[meteorite-list] Mars Express to Rendezvous with Phobos

From: Ron Baalke <baalke_at_meteoritecentral.com>
Date: Wed, 16 Jul 2008 18:30:19 -0700 (PDT)
Message-ID: <200807170130.SAA06328_at_zagami.jpl.nasa.gov>


Mars Express to rendezvous with Martian moon
European Space Agency
16 July 2008

Scientists and engineers are preparing ESA's Mars Express for a pair of
close fly-bys of the Martian moon Phobos. Passing within 100 km of the
surface, Mars Express will conduct some of the most detailed investigations
of the moon to date.
The series of fly-bys will take place between 12 July and 3 August. During
the second encounter, the spacecraft will fly within 273 km of the surface.
Six days later, Mars Express will close to within just 97 km.

Although the Red Planet itself has been studied in detail, very little is
known about the origins of its moons, Phobos and Deimos. It is unclear if
the moons are actually asteroids that were captured by Mars's gravity and
never left its orbit. Another possibility is that Phobos and Deimos are
actually surviving planetesimals, bodies which formed the planets of the
Solar System. They may also be remnants of an impact of a large object on

As Mars Express closes-in on Phobos, the data gathered will help scientists
answer these questions.

Mars Express has flown close to Phobos in the past, but this is the first
time that the spacecraft will be less than 100 km from the moon. To achieve
this proximity to Phobos, spacecraft operations engineers and scientists
have been working together to optimise the trajectory of Mars Express to
obtain optimum science results -- this is not the case for routine fly-bys.

As it flies by at a distance of 97 km, Mars Express will image areas of
Phobos that have never been glimpsed before. The High-Resolution Stereo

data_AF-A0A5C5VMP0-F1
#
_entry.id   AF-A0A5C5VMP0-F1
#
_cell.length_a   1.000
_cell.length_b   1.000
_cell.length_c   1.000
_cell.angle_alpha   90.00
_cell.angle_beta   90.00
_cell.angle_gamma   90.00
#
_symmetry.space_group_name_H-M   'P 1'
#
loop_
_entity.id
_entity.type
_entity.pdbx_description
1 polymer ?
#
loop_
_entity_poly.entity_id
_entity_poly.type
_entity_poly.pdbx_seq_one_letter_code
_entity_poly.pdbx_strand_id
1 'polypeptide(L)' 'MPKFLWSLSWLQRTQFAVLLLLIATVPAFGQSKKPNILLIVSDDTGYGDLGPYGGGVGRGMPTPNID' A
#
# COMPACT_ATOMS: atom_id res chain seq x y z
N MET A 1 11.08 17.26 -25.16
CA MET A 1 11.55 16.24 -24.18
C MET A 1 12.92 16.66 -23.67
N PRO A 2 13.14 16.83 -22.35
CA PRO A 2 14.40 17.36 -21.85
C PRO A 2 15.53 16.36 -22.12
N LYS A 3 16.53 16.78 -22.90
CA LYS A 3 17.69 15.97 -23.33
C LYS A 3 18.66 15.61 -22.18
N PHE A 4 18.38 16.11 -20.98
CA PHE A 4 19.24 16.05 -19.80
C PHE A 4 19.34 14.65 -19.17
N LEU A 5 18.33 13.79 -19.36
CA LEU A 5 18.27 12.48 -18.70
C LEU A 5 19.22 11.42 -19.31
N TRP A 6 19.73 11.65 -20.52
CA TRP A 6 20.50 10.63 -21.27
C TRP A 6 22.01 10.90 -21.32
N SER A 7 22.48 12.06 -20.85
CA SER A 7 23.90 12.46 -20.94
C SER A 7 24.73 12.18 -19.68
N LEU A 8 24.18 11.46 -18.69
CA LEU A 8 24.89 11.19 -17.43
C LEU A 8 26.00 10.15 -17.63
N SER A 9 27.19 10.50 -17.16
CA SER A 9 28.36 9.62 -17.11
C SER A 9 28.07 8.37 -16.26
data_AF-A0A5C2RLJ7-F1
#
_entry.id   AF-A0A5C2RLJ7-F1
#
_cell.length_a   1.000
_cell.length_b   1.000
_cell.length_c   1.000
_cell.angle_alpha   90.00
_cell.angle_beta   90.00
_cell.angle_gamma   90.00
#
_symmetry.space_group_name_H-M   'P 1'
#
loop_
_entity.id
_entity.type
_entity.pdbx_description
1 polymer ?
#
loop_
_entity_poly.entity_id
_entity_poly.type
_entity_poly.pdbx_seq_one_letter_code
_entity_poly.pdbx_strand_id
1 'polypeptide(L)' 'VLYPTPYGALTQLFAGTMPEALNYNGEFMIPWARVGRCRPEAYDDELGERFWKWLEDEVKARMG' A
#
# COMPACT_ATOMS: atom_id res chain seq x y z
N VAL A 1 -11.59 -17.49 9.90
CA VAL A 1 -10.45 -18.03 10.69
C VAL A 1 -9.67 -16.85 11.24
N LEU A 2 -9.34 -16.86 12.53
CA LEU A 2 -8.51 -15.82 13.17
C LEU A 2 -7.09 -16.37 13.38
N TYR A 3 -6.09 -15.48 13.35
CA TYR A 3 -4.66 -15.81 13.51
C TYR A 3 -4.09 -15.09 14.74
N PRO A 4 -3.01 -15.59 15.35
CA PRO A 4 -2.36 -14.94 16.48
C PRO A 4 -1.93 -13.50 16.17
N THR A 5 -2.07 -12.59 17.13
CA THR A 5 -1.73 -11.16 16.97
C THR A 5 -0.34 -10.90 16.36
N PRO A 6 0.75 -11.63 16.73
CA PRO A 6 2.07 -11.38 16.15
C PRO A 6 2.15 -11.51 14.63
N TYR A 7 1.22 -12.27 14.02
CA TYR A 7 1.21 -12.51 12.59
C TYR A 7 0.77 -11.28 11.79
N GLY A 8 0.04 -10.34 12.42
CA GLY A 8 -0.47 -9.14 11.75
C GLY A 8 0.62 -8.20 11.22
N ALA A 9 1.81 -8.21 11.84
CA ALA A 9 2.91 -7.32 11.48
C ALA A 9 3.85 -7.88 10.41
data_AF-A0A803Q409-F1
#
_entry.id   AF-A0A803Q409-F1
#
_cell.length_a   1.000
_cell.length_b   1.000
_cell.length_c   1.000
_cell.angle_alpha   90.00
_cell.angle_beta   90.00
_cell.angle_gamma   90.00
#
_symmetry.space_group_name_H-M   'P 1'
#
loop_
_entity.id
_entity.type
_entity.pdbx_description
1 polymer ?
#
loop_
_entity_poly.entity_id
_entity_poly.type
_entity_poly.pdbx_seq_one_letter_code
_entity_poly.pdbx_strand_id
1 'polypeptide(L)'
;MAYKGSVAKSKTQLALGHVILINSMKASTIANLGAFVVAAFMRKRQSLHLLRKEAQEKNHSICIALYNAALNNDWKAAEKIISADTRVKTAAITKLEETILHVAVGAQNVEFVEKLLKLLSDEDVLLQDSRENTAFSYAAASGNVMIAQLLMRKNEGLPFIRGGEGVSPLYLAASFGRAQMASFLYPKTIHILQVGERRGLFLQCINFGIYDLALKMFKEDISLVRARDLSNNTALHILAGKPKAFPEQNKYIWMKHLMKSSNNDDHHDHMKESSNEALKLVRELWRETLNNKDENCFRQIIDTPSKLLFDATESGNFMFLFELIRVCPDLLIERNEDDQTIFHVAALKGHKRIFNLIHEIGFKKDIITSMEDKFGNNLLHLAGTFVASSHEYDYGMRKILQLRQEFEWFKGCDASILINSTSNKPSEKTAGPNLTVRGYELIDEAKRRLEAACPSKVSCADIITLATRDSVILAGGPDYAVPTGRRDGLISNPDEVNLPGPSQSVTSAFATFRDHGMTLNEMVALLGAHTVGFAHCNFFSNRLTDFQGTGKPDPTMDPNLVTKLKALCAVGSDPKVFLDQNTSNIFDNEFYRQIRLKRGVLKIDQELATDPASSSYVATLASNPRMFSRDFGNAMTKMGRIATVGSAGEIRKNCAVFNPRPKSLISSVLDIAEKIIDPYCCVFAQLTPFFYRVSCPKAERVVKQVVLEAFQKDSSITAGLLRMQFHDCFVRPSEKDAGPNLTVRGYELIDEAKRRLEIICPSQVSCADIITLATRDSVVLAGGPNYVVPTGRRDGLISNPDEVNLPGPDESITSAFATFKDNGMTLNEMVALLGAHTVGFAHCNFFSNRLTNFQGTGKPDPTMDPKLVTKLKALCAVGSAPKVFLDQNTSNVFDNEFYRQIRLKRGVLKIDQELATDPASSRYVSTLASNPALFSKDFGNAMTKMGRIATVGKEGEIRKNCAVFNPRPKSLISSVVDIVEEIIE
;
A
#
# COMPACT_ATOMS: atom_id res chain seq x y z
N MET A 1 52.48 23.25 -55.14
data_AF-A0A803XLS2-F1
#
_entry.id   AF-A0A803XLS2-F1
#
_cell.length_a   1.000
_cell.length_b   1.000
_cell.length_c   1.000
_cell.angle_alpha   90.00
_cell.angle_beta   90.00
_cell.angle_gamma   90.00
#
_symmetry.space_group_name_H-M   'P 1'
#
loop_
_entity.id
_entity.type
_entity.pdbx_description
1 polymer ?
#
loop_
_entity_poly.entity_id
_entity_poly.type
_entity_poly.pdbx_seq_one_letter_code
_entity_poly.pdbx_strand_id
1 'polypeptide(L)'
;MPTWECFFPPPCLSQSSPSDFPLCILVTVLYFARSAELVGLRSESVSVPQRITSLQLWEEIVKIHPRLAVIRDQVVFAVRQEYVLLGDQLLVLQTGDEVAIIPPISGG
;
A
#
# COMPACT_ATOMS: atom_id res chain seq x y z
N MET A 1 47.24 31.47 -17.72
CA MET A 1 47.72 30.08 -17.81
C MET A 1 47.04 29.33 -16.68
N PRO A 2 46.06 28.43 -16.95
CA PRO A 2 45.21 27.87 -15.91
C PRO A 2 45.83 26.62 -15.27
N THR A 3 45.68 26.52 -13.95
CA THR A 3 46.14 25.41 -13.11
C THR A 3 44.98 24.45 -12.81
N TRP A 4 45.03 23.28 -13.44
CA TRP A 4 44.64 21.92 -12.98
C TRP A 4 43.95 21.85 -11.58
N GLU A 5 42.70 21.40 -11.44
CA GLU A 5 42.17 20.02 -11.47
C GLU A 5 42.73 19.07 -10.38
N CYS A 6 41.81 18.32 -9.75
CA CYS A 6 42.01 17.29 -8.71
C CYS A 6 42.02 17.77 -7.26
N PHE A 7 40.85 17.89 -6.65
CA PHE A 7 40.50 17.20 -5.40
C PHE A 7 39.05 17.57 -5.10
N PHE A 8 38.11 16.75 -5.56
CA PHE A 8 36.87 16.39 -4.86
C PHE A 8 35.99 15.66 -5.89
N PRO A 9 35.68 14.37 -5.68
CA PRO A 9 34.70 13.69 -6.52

Camera (HRSC) on board the orbiter will take pictures of the moon's surface
with the highest resolution possible, in colour, and in 3-D.

The data obtained will be added to a digital terrain model (DTM). This DTM
will help scientists visualise what it would be like to stand on the moon's
surface by calculating its topography, or the elevation of its surface.

The camera may also capture an image of the intended landing site for
Russia's Phobos-Grunt mission, due for launch in 2009. The manoeuvres
required to observe this site are an operational challenge, and the activity
involves close cooperation between ESA mission scientists, the flight
control team and flight dynamics specialists.

The Visible and Infrared Mineralogical Mapping Spectrometer, OMEGA, the
Planetary Fourier Spectrometer, PFS, and the Ultraviolet and Infrared
Atmospheric Spectrometer, SPICAM, will also gather details on the surface
composition, geochemistry and temperature of Phobos.

The Mars Advanced Radar for Subsurface and Ionosphere Sounding (MARSIS) will
collect information during two flybys (23 and 28 July) on the topography of
the moon's surface and on the structure of its interior.

The Energetic neutral atoms analyser, ASPERA will study the environment
around Phobos, in particular the plasma that surrounds the moon and also the
interaction of the moon with the solar wind.

During the second fly-by, all efforts will be concentrated on accurately
determining the mass of the moon using the Mars Radio Science experiment

The upcoming fly-bys
Date Altitude at closest approach
12 July 563 km
17 July 273 km
23 July 97 km
28 July 361 km
3 August 664 km

For more information:
Agustin Chicarro, ESA Mars Express Project Scientist
E-mail: Agustin.Chicarro _at_ esa.int

Olivier Witasse, ESA Mars Express Deputy Project Scientist
Email: Olivier.Witasse _at_ esa.int

[NOTE: Images and weblinks supporting this release are available at
http://www.esa.int/esaCP/SEMVGAWIPIF_index_1.html ]
Received on Wed 16 Jul 2008 09:30:19 PM PDT

Help support this free mailing list:

Yahoo MyWeb